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Technological Transparency in Building and Construction

Construction Data the New Frontier

It is not easy to observe technological change across a project based industry. Evidence tends to be anecdotal, say Skanska’s Flying Factories, rather than systemic and widely known, like BMW’s carbon fibre manufacturing or Adidas’ 3D printed trainers. Thus, most building, engineering and architectural histories are a series of case studies of significant buildings and demonstration projects like the 1851 Crystal Palace or 2010's Burj Khalifa.

One of the effects new technologies are having in building and construction is increased transparency as more and more of the information used is digitized and new sources of data come on line. In the first category is software, in particular the fully integrated project development, procurement and management platforms now available. These increase transparency by making all transactions in the system visible to users, including clients, depending on their level of access. The main new source of data is drones.

There was a Cutting Edge post before Xmas on the use of drones in construction, which included the partnership between equipment manufacturer Komatsu and drone company Skycatch. This has since been followed by two more, similar partnerships. Kespry and John Deere joined up, as did Airware and Caterpillar, in both cases matching drone/equipment companies. These are the first, second and sixth largest construction equipment manufacturers globally (in 2016 order Caterpillar 18%, Komatsu 11%, and John Deere 5%), so this looks like a new front in the competition for market share.

A good description of the process of turning gigabytes of data into useful information comes from the Economist’s June 2017 Technology Quarterly here. The drone companies are using various technologies “to measure buildings precisely during construction and track the use of raw materials on site to ensure that everything is going according to plan. Drones are ideally suited to the task. Thousands of aerial photographs are crunched into a 3D site model, accurate to within a few centimetres, called a “point cloud”, which can be compared with the digital model of the building.” The process is called “reality capture”.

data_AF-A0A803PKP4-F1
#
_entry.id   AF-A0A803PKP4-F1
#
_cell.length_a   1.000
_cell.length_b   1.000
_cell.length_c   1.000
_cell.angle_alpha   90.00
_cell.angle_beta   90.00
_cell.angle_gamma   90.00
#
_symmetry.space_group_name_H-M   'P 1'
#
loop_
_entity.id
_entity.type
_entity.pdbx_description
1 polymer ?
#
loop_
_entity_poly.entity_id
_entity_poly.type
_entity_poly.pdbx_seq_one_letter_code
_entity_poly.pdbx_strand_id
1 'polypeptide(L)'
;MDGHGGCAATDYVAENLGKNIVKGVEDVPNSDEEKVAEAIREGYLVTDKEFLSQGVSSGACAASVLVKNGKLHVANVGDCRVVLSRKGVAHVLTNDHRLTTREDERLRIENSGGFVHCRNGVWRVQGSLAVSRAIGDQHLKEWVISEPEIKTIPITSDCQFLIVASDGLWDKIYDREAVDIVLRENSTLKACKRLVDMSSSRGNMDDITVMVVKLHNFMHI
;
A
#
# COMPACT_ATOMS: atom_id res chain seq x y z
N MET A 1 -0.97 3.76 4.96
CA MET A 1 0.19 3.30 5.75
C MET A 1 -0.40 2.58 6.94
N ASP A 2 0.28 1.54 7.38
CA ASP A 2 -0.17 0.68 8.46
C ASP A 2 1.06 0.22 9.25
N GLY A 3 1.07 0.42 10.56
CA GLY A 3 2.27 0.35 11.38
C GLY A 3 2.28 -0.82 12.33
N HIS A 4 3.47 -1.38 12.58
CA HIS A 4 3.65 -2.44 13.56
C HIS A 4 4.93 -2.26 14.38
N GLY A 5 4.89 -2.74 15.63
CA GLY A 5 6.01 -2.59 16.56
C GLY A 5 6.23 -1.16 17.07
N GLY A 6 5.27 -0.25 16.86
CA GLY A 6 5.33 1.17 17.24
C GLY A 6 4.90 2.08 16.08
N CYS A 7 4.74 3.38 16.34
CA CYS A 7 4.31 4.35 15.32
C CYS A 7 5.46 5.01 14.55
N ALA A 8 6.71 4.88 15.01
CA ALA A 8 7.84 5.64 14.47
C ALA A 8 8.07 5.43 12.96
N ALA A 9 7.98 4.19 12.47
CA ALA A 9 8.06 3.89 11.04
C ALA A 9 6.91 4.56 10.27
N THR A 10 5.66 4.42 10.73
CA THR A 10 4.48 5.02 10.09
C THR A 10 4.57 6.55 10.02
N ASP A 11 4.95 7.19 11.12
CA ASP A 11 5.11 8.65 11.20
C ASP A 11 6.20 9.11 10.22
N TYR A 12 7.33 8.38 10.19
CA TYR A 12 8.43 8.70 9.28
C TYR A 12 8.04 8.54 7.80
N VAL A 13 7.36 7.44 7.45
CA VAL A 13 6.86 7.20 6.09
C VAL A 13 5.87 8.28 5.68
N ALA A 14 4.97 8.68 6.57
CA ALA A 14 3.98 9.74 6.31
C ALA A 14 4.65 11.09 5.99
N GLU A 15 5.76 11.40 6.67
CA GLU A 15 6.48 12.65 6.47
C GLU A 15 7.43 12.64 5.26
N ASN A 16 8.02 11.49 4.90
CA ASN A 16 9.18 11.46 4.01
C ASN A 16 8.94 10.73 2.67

The same article included the new partnership between 3D Robotics and Autodesk, each industry leaders in their own right. They quote Chris Anderson of 3D Robotics, “It’s all an information problem,” he says. Drones are making it possible to check in real-time that plumbing, heating and electrical systems are being installed correctly, but their most important may be to measure progress made during the previous day and check that against the plan. There are competing services from companies like Nearmap and Sky and Space, which use GIS based satellite systems and also allow site progress to be viewed, although perhaps not with as much detail as a drone that can collect up to 100 gigabytes on a flight.